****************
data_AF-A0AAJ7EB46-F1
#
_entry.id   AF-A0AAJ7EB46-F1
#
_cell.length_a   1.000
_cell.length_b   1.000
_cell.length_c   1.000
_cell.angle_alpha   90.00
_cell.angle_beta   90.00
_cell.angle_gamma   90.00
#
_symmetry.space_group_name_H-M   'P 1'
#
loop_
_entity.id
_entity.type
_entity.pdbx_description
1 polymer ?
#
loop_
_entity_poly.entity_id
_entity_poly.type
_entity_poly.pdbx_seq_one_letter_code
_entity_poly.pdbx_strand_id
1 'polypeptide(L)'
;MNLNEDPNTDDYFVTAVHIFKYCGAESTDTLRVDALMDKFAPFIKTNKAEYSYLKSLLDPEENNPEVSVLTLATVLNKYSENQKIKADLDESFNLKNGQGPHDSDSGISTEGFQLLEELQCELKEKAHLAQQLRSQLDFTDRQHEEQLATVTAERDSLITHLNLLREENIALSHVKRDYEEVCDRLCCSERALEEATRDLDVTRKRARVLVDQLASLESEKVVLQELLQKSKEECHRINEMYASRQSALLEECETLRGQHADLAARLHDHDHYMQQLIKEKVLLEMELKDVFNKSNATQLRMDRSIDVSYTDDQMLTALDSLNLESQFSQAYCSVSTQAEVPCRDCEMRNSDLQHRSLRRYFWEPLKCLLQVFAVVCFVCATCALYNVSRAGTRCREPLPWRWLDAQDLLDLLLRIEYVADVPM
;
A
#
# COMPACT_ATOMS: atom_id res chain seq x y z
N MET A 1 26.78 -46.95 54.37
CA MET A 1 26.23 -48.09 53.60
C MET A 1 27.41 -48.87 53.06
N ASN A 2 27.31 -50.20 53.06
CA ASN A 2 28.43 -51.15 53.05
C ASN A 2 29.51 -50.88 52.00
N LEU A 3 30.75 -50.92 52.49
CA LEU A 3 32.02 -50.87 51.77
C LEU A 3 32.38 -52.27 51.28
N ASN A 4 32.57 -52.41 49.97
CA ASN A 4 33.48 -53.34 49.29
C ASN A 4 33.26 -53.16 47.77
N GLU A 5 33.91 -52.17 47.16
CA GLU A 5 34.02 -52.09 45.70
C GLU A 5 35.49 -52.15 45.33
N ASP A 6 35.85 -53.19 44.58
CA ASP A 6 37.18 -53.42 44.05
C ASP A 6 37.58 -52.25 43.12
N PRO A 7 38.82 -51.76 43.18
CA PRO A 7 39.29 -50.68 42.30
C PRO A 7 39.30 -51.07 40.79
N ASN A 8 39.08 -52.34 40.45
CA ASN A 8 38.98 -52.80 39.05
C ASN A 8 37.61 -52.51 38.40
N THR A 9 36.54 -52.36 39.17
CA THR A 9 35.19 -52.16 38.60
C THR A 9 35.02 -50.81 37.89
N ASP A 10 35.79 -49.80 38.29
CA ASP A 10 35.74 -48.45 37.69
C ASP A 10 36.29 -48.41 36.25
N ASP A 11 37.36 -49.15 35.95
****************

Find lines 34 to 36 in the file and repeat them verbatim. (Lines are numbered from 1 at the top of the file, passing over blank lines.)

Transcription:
N ASN A 2 27.31 -50.20 53.06
CA ASN A 2 28.43 -51.15 53.05
C ASN A 2 29.51 -50.88 52.00